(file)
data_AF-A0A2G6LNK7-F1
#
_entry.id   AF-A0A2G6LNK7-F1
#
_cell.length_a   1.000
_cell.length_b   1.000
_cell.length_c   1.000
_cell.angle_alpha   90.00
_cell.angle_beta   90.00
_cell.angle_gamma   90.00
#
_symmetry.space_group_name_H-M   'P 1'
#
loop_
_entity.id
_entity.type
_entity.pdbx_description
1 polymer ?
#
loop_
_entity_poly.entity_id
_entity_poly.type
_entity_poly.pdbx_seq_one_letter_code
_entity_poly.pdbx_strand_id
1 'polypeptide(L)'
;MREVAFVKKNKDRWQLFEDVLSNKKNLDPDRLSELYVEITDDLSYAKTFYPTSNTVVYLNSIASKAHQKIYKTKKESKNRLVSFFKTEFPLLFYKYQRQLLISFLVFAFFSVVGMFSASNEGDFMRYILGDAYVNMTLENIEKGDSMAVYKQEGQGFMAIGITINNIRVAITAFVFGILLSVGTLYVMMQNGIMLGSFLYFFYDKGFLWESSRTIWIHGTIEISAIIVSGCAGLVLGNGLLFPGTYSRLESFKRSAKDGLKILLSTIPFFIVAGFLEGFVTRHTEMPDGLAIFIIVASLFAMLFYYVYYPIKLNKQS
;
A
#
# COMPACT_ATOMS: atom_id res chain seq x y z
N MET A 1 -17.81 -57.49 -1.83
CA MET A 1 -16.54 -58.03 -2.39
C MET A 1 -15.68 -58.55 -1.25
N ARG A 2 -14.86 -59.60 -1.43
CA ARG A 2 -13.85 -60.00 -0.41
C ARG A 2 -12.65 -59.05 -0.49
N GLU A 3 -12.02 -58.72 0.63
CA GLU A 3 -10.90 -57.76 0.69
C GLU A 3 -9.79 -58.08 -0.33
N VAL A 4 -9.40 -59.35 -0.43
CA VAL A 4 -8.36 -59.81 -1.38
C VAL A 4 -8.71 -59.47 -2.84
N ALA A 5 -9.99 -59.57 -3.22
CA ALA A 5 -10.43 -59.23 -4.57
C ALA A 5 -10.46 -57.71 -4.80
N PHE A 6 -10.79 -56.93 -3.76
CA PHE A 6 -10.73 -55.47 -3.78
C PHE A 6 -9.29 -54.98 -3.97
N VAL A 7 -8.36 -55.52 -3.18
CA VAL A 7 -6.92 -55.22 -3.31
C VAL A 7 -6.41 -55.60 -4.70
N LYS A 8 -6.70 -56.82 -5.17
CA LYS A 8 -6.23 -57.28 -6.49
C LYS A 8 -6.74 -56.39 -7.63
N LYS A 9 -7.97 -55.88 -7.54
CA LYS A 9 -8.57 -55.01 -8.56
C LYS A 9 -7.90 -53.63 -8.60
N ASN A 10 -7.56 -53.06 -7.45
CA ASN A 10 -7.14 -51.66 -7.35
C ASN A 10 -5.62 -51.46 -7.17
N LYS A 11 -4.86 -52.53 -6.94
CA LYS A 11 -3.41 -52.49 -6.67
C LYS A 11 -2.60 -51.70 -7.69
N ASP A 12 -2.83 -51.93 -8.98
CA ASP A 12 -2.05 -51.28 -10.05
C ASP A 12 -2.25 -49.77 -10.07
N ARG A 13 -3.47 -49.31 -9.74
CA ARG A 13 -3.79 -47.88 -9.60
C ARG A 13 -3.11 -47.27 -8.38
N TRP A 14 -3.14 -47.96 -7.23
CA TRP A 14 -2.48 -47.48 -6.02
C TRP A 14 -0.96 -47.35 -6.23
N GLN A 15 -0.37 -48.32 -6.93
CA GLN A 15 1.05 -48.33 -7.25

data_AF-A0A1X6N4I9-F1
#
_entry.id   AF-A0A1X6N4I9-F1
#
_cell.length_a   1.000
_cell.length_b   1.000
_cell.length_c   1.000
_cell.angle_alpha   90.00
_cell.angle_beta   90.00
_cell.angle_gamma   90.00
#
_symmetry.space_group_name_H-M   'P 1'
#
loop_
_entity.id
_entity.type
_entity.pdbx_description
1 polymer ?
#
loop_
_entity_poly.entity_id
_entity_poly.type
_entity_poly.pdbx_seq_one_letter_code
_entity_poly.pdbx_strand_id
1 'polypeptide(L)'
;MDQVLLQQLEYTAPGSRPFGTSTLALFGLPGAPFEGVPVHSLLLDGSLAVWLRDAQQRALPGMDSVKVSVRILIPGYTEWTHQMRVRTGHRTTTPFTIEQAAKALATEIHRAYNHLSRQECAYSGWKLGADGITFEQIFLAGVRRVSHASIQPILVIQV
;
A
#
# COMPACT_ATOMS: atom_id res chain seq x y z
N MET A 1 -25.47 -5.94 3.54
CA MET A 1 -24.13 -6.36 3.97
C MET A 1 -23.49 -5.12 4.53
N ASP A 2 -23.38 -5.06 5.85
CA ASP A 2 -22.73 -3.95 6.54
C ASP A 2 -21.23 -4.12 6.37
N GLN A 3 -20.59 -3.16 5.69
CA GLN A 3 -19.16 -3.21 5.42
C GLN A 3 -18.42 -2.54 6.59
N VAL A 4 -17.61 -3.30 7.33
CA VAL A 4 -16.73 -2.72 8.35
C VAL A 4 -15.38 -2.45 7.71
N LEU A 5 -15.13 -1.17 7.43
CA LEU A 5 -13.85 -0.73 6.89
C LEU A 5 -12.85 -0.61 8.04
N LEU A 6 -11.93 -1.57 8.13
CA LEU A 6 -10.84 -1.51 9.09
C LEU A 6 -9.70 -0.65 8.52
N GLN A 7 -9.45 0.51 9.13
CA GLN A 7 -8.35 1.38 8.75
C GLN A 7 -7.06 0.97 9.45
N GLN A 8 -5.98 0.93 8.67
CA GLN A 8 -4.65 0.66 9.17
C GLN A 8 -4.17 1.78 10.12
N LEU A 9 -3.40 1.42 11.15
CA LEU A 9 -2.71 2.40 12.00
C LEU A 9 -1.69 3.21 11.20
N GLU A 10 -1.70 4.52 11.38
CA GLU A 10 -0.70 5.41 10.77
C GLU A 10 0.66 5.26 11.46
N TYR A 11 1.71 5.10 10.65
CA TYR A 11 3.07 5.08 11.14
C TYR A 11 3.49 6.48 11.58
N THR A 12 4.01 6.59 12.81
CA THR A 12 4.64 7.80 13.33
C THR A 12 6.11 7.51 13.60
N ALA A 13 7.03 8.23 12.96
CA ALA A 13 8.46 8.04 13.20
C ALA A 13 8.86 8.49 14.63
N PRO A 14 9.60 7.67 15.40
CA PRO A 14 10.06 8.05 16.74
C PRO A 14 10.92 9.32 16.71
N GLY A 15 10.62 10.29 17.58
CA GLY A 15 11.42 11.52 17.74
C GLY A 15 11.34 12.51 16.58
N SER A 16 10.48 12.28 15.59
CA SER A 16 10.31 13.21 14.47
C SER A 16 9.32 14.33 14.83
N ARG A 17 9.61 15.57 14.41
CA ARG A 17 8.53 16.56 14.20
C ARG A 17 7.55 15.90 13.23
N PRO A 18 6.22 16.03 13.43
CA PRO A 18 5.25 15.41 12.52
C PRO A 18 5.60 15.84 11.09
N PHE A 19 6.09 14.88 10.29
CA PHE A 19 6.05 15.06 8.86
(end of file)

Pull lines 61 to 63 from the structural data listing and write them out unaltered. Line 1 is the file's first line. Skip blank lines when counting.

N LYS A 11 -4.86 -52.53 -6.94
CA LYS A 11 -3.41 -52.49 -6.67
C LYS A 11 -2.60 -51.70 -7.69